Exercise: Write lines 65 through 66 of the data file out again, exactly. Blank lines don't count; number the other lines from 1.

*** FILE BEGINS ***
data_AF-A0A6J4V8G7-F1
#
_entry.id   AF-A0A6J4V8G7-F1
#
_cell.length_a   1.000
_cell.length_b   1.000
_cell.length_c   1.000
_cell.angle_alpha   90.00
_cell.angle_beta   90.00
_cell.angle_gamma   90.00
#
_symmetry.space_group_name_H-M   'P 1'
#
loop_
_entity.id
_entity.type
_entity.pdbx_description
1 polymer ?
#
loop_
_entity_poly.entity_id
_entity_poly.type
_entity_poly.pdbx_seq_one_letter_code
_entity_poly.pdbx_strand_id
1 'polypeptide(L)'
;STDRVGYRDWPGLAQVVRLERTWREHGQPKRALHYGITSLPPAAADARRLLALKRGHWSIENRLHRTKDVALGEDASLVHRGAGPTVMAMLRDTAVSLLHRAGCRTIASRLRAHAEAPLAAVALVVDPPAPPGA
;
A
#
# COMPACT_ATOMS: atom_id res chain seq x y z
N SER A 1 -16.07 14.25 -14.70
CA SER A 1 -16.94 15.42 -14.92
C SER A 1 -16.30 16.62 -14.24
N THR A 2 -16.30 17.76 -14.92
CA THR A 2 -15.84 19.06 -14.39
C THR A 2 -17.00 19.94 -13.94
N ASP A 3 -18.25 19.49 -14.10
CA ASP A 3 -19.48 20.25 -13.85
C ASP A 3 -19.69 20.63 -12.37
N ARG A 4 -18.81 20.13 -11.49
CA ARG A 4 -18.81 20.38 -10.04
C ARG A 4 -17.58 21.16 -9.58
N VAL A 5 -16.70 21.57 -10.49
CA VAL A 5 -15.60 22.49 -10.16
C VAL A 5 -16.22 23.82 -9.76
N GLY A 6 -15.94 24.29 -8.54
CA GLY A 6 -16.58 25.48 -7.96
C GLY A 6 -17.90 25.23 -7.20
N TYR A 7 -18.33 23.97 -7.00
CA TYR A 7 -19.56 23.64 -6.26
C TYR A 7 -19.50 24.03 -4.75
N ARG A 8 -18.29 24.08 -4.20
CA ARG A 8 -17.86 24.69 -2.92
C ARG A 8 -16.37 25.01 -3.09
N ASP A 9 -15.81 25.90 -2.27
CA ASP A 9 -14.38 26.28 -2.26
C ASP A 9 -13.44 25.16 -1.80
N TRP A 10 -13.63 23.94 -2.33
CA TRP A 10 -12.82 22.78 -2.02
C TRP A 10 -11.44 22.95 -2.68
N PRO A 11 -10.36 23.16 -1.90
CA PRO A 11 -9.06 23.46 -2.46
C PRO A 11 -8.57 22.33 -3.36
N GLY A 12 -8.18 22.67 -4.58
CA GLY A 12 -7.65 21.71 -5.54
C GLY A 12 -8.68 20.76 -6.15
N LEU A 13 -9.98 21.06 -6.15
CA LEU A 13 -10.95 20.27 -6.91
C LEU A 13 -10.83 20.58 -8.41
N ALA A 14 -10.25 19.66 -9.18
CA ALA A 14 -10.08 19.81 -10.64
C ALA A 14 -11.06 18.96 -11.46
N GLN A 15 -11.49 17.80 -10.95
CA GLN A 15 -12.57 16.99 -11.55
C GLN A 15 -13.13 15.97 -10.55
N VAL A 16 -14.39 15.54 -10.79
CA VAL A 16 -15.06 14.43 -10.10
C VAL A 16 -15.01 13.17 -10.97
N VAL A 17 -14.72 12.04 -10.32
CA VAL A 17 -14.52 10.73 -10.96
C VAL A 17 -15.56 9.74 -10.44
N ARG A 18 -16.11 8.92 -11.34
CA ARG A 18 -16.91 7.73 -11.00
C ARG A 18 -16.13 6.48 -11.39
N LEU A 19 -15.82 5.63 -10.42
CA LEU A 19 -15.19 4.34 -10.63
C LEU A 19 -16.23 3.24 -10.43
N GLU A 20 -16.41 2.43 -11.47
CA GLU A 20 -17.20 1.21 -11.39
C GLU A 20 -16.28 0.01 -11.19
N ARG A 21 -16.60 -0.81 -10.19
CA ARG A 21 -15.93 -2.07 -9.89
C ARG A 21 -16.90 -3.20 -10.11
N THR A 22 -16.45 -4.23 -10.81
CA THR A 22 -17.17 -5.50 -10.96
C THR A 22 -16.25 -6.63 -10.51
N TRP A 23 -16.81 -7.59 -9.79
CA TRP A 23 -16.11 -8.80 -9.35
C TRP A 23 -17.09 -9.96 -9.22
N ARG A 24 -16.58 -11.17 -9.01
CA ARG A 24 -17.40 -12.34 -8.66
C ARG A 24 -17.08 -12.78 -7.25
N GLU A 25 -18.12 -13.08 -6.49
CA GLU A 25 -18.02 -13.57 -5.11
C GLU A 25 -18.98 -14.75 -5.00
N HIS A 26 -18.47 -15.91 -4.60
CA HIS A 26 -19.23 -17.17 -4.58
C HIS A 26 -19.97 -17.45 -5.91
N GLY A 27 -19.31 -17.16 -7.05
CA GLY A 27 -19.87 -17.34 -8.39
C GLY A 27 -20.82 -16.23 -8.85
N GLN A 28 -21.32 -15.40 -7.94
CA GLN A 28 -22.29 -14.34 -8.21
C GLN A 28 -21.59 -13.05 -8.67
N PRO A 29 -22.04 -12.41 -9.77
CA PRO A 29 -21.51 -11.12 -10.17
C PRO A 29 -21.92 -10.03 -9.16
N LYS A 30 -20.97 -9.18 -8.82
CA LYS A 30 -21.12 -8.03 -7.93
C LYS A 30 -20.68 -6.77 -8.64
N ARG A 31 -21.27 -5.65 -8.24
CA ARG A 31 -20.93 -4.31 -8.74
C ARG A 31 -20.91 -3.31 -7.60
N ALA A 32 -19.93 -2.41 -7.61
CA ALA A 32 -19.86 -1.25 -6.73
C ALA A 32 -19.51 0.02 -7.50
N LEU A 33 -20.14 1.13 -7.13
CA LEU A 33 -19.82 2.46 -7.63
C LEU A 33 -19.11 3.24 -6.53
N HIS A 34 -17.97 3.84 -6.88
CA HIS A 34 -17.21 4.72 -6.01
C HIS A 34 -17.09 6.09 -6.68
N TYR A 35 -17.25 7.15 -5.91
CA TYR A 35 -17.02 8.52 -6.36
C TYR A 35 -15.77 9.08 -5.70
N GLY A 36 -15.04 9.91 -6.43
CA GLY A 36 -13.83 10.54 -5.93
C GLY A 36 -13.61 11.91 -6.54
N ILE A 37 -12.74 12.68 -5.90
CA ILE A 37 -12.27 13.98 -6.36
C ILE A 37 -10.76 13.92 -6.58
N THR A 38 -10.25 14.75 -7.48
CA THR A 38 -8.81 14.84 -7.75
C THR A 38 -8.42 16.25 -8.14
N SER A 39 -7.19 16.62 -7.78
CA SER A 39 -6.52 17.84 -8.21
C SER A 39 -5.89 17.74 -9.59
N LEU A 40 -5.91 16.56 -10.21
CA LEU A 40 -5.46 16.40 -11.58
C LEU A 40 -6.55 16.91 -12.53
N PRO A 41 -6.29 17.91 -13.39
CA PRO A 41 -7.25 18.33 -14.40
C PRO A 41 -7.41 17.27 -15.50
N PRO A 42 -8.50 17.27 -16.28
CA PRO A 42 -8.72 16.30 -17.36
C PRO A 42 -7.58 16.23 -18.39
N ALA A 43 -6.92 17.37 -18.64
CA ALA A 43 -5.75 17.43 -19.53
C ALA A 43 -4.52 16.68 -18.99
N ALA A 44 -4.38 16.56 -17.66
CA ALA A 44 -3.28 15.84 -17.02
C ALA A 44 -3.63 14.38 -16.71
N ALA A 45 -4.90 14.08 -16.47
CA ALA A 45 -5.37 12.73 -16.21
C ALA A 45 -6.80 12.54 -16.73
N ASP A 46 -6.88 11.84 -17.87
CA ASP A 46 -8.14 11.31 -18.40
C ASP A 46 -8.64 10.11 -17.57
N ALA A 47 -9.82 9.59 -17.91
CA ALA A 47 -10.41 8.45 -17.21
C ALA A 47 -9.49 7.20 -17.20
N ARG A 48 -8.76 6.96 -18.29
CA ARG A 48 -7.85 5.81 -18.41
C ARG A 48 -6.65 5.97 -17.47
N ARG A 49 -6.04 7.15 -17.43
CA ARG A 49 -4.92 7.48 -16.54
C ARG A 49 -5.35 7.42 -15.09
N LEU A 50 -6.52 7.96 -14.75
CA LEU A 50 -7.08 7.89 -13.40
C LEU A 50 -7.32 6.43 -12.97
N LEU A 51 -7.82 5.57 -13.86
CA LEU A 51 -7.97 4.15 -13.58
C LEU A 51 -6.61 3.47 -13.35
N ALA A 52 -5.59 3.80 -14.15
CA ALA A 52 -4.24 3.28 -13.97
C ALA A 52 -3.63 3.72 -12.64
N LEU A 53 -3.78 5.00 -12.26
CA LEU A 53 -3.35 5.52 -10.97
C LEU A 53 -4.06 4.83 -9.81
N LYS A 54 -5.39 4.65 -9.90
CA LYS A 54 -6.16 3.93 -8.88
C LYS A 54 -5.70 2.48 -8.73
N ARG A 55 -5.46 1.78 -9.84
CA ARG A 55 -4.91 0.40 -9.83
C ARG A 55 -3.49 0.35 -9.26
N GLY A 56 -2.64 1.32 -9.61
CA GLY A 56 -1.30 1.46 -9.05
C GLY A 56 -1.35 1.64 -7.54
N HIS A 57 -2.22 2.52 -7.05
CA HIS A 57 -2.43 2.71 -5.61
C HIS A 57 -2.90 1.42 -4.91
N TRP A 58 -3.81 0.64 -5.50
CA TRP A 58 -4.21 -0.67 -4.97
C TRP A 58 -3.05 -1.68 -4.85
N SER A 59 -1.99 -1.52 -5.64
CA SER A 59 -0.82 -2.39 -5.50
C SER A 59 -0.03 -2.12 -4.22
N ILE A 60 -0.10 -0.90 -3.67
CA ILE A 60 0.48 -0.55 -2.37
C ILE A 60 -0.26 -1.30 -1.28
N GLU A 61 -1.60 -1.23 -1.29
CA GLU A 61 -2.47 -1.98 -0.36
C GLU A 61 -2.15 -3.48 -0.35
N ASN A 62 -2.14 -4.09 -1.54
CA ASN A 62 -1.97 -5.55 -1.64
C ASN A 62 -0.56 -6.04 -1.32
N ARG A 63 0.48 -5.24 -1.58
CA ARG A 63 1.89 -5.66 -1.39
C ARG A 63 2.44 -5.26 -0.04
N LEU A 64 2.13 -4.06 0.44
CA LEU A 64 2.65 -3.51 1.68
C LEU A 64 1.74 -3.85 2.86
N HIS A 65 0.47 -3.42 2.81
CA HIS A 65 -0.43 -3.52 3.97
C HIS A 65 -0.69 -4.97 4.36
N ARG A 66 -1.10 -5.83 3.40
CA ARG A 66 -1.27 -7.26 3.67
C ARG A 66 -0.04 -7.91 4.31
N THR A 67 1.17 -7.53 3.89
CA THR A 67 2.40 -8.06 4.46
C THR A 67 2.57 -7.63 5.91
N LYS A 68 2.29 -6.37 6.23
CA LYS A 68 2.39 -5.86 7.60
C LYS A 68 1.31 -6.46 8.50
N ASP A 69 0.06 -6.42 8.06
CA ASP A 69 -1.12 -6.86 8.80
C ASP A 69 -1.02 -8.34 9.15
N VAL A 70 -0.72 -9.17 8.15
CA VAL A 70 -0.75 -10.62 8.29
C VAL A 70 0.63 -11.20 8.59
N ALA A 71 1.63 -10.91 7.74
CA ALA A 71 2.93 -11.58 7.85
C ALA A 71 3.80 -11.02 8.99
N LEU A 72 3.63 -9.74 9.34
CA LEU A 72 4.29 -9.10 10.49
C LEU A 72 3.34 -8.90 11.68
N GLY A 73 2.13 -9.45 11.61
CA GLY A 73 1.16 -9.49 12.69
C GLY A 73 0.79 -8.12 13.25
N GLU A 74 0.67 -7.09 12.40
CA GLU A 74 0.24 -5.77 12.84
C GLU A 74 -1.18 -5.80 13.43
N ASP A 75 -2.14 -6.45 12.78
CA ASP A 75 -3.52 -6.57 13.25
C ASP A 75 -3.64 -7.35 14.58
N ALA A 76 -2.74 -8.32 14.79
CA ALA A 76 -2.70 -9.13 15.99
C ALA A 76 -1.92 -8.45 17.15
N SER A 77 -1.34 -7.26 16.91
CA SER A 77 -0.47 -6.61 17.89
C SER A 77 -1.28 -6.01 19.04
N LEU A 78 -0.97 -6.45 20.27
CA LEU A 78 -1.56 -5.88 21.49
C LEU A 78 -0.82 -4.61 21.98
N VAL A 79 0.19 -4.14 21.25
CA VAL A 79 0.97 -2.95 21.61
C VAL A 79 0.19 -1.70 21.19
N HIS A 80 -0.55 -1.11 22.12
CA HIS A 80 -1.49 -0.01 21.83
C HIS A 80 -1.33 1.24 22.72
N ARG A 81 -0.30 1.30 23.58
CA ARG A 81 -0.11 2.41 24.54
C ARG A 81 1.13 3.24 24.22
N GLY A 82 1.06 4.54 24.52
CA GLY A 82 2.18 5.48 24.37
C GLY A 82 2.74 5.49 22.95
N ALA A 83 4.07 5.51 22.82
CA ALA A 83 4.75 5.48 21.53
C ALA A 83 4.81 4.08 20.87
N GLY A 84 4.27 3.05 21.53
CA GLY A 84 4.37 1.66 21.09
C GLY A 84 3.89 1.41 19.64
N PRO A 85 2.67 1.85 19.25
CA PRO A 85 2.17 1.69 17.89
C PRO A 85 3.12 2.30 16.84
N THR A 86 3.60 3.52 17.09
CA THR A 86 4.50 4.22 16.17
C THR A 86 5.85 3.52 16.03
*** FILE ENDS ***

CA GLY A 12 -7.65 21.71 -5.54
C GLY A 12 -8.68 20.76 -6.15